The Book of Trogool

Some interesting ferment happening in repository-land, notably this discussion of various types and scales of repositories and how successful they can expect to be given the structural conditions in which they are embedded.

I don’t blog repositories per se any more, so I’m not going to address the paper in detail (though I do think it contains serious oversights). What I’m curious about in the Trogool context is the case of institutionally-hosted services aimed not specifically at the institution, but at a particular discipline.

arXiv. ARTFL. PERSEUS. DRYAD. There’s any number of these. One can’t call them “institutional” repositories. One can’t quite call them “disciplinary” repositories, either, because that implies a source of financial support beyond the institution.

Another class of these resources is not open-access, incidentally; it uses subscriptions to support further additions to the corpus. The Brown Women Writers Project is an example. Much of the “sustainability” talk coming out of think-tanks like Ithaka respects and promotes this business model. I do think it important to note that the institution hardly disappears from the support infrastructure when the subscription dollars start rolling in (assuming, of course, that they do).

I heard yesterday that one such corpus, while of impressive quality and very highly regarded in the discipline, was all but invisible on its home campus, according to the corpus’s own staff. Basically, these projects are what I have previously called fiefdoms. (If you don’t like that word, you may wish to substitute “research lab.” Most of what I’ll say applies to them as well.)

Sustainability is the crucial flaw in any sort of fiefdom model for data management. Most fiefdoms get the ball rolling with grant money. This may commit the institution to a certain amount of financial or in-kind support (depending on what the grant spells out), or it may not. If it does, that institutional support lasts only as long as the grant does. No one in this cycle?not the researchers in the fiefdom, not the institution, not the grant agency, no one?takes responsibility for the post-grant existence of anything the fiefdom produces.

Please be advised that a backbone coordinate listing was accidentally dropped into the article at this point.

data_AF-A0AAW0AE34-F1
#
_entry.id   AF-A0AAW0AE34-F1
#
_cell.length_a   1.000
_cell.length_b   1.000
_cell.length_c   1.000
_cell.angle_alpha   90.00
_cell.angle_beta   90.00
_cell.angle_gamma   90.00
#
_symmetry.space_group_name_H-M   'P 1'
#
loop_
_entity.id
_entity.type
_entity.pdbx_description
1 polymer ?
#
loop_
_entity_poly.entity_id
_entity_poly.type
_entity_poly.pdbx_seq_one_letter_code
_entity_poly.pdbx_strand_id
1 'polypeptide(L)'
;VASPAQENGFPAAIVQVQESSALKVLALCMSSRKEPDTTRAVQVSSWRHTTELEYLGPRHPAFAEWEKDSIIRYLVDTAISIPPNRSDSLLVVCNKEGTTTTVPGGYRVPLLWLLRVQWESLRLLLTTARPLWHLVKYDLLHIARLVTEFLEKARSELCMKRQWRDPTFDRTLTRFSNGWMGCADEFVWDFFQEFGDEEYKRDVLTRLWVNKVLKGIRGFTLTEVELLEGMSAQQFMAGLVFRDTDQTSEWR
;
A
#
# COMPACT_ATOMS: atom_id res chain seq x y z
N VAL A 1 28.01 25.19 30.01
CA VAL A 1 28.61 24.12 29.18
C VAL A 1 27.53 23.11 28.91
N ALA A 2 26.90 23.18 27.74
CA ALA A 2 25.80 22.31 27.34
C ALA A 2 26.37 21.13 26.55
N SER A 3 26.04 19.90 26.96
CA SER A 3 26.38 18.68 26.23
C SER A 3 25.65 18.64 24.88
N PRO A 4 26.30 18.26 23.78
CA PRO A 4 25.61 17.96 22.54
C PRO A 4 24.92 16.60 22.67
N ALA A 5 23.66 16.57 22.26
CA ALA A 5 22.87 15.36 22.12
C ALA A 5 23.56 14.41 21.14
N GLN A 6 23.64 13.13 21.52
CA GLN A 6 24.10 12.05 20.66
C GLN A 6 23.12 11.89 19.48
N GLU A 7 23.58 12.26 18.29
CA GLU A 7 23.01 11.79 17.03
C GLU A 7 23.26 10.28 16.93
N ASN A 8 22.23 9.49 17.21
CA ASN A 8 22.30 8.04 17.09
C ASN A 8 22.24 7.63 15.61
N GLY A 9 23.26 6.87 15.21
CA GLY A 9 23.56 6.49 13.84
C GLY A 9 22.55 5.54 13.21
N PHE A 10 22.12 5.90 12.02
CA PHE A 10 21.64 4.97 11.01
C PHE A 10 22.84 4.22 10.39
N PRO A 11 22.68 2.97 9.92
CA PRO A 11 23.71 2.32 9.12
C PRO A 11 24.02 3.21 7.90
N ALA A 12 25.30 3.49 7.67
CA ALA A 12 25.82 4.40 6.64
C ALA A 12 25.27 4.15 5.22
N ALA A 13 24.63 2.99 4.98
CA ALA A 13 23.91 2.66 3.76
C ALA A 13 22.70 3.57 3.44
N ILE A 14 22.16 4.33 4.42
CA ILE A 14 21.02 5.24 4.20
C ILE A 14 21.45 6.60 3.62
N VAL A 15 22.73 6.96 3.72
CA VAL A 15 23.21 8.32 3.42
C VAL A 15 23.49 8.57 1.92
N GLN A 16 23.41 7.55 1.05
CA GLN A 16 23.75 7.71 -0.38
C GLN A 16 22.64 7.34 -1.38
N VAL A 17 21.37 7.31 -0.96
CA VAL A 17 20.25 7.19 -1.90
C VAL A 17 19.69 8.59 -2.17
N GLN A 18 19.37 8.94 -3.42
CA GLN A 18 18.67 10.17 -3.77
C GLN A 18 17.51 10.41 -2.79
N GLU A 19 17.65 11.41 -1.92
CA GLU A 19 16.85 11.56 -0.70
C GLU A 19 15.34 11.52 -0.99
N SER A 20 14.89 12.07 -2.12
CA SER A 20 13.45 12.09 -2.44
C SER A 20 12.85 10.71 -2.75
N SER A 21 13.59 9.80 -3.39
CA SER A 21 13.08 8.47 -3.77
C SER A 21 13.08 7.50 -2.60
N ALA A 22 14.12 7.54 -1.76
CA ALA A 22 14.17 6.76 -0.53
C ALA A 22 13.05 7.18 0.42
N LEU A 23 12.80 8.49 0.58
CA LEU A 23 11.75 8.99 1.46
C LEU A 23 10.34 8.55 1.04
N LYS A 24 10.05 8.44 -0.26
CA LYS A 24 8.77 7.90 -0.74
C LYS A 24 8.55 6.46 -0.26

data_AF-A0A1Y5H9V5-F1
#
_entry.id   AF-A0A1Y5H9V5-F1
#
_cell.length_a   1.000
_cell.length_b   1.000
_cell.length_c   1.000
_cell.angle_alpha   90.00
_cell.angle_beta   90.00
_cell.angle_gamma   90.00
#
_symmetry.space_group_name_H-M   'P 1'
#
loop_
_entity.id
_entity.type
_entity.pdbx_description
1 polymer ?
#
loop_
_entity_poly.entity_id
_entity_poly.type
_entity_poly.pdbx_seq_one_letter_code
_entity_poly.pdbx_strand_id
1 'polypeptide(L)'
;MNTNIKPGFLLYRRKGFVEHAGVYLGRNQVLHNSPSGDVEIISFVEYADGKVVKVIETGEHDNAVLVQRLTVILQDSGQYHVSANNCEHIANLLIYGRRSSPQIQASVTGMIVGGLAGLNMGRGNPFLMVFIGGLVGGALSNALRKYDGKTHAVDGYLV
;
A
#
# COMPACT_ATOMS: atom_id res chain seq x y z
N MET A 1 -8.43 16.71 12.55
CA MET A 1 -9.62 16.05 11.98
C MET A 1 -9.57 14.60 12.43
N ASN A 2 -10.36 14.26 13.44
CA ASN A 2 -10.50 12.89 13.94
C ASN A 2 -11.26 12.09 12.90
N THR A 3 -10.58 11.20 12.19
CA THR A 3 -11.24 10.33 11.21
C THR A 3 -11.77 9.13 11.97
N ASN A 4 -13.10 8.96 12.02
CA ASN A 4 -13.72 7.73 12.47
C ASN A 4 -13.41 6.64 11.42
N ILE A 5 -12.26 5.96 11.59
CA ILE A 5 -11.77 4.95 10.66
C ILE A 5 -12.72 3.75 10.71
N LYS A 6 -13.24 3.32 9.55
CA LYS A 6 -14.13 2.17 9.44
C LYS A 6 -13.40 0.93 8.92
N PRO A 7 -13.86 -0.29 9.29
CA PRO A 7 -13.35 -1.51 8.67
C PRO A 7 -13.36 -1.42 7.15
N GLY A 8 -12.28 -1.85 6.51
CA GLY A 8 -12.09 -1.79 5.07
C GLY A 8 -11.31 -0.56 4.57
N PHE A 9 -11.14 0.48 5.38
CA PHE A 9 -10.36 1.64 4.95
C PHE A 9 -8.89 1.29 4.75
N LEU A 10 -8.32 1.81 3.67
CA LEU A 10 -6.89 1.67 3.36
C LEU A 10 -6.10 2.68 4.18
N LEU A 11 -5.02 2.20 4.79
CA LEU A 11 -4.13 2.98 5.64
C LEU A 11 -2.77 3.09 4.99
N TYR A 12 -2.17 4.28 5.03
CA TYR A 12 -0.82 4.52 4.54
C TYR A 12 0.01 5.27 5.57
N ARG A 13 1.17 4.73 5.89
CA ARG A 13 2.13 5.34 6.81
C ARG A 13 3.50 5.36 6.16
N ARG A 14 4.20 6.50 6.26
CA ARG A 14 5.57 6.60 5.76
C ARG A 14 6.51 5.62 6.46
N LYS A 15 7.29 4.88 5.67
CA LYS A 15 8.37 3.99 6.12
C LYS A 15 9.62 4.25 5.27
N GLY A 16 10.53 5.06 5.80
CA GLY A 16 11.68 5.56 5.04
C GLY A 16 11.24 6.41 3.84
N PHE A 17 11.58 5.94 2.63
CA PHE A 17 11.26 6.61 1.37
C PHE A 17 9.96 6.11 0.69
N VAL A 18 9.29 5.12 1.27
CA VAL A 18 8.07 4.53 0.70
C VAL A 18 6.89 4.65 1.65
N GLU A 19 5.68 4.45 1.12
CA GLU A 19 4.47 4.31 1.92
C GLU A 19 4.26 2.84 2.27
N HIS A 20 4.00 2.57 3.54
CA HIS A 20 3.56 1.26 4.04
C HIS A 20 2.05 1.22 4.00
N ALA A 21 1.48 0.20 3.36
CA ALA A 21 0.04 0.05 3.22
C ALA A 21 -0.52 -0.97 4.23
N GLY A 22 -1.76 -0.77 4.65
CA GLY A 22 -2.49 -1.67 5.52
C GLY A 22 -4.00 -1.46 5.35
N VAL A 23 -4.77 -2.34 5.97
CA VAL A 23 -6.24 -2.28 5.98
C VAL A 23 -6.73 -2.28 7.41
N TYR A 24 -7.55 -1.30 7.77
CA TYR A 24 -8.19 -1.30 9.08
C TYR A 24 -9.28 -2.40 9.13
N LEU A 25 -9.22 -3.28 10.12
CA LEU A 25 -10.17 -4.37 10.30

For some projects, that’s fine. Software projects can cast their code upon the open-source waters, or sell it to industry. Projects that are easily print-publishable can be published. Projects that have dollar signs attached to them can go to the tech-transfer office (though I share the general dubiety that tech-transfer offices are a net win for institutions).

For nearly all digital projects, the fiefdom model is a disaster. Fiefdoms live brief lives, die quiet deaths. Many fly under the radar; asking too loudly or too often for institutional support risks the institution looking down its nose and shutting the fiefdom down.

Arguably, institutions should not do this. Institutions, however, can be remarkably myopic about discipline-oriented behaviors?any behavior that doesn’t directly and obviously benefit the institution as a whole, really. One of my favorite examples can be found in the Ithaka report on university presses, in which university provosts loudly trumpeted the necessity of (other institutions’, presumably?) university presses to their local scholars, but declined to continue supporting those presses locally, as they were perceived as frills, not strictly necessary to institutional continuance.

As usual, I adduce the library as the institutional component whose mission and funding are best-placed to address this gaping hole in the data-management framework. What academic libraries appear to lack, unfortunately, is the will to step forward and accept this responsibility.

I have no answer, then.

This Thursday is Thanksgiving in the States, and I am furloughed on Friday, so I’ll be visiting friends. I’ll try to queue up a tidbits post for Friday or the weekend.